Projects per year
AIMS: Alcohol problems (AP) contribute substantially to the global disease burden. Twin and family studies suggest that AP are genetically influenced, although few studies have identified variants or genes that are robustly associated with risk. This study identifies genetic and genomic influences on AP during young adulthood, which is often when drinking habits are established.
DESIGN: We conducted a genome-wide association study of AP. We further conducted gene-based tests, gene ontology analyses and functional genomic enrichment analyses to assess genomic factors beyond single variants that are relevant to AP.
SETTING: The Avon Longitudinal Study of Parents and Children, a large population-based study of a UK birth cohort.
PARTICIPANTS: Genetic and phenotypical data were available for 4304 participants.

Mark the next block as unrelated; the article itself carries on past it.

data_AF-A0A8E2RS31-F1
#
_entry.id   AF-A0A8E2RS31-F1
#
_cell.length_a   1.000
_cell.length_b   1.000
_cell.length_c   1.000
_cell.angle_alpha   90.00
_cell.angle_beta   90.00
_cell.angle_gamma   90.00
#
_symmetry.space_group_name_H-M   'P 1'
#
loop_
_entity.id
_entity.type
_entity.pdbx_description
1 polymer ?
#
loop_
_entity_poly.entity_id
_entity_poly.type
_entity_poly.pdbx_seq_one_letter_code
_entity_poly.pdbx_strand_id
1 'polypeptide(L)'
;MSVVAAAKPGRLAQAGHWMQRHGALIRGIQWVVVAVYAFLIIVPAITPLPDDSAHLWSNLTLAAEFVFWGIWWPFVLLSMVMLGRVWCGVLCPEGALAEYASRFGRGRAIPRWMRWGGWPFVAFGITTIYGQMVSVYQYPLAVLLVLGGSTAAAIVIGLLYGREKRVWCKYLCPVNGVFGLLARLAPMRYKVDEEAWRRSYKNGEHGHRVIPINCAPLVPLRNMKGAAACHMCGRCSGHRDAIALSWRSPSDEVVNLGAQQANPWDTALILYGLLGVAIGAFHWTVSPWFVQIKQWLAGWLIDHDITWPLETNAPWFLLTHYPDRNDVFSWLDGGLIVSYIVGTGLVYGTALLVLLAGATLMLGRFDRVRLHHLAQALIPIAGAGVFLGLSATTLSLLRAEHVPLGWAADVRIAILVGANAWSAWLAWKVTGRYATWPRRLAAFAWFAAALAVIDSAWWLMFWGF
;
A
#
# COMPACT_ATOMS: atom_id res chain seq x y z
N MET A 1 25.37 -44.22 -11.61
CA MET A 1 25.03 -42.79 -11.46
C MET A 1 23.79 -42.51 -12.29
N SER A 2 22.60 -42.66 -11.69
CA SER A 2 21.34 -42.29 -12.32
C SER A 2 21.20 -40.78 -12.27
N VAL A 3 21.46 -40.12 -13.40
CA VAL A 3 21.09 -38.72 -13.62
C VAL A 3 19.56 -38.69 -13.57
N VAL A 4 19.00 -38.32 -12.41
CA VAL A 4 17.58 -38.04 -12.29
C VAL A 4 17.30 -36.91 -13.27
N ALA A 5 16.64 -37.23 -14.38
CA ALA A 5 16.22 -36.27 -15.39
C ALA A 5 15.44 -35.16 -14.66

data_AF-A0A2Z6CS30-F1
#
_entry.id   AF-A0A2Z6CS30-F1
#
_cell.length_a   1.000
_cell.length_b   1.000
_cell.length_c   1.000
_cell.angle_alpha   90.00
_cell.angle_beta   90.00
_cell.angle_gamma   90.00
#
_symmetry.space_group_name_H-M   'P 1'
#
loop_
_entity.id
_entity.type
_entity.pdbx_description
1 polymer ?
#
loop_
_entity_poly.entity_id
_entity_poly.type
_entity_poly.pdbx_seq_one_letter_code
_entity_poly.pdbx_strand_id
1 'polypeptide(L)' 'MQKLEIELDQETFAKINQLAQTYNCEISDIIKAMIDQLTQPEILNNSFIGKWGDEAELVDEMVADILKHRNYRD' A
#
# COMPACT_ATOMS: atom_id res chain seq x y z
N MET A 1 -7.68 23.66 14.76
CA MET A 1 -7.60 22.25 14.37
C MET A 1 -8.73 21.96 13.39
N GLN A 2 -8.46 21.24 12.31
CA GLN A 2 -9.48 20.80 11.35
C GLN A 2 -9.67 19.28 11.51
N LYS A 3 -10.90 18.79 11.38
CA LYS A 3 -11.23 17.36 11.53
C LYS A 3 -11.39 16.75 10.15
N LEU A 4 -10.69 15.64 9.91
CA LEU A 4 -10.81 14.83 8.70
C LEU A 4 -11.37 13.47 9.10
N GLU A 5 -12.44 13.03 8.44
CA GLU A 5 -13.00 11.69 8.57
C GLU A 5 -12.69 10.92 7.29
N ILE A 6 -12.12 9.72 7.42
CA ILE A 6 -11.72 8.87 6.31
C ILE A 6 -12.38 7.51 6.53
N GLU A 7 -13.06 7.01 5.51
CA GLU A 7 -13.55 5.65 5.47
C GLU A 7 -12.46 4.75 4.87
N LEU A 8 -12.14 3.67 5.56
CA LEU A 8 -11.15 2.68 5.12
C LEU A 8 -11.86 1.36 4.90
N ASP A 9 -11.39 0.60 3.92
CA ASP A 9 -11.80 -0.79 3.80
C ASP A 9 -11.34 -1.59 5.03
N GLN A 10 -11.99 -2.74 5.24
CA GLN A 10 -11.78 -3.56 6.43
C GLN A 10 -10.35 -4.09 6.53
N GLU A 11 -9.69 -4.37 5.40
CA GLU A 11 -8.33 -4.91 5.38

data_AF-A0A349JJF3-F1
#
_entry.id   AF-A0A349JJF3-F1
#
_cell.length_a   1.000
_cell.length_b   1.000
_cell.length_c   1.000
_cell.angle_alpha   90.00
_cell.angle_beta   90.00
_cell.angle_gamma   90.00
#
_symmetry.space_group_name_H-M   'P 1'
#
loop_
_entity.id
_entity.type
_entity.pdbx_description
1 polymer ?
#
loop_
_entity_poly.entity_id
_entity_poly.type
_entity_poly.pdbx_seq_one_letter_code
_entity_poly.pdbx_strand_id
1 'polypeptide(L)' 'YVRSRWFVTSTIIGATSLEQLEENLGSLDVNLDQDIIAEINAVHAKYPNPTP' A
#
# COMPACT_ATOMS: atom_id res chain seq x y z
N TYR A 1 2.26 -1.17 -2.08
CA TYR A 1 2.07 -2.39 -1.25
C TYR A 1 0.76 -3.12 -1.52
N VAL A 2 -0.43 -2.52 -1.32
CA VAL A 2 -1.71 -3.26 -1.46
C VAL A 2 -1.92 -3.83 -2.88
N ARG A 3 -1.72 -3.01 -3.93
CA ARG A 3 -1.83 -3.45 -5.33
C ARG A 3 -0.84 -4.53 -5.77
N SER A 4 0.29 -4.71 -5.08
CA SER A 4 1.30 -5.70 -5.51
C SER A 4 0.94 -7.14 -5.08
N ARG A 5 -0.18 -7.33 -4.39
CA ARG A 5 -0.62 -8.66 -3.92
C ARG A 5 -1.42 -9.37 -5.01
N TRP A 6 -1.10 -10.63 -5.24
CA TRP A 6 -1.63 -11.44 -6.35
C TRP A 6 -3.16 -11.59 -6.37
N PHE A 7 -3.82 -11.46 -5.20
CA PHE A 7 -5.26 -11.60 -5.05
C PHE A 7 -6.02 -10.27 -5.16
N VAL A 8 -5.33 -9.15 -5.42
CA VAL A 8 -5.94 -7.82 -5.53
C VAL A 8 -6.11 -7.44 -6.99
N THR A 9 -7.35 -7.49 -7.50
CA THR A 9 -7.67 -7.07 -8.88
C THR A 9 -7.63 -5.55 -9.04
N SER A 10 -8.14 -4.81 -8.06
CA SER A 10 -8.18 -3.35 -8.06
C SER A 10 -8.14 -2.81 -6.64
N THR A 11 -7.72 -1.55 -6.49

MEASUREMENTS: The AP phenotype was a factor score derived from items from the Alcohol Use Disorders Identification Test, symptoms of DSM-IV alcohol dependence, and three additional problem-related items.
FINDINGS: One variant met genome-wide significance criteria. Four out of 22,880 genes subjected to gene-based analyses survived a stringent significance threshold (q < 0.05); none of these have been implicated previously in alcohol-related phenotypes. Several biologically plausible gene ontologies were statistically over-represented among implicated single nucleotide polymorphisms (SNPs). SNPs on the Illumina 550 K SNP chip accounted for ~5% of the phenotypical variance in AP.
CONCLUSIONS: Genetic and genomic factors appear to play a role in alcohol problems in young adults. Genes involved in nervous system-related processes, such as signal transduction and neurogenesis, potentially contribute to liability to alcohol problems, as do genes expressed in non-brain tissues.
Bibliographical note© 2014 Society for the Study of Addiction.
1/06/15 → 31/05/20
1/05/09 → 1/04/13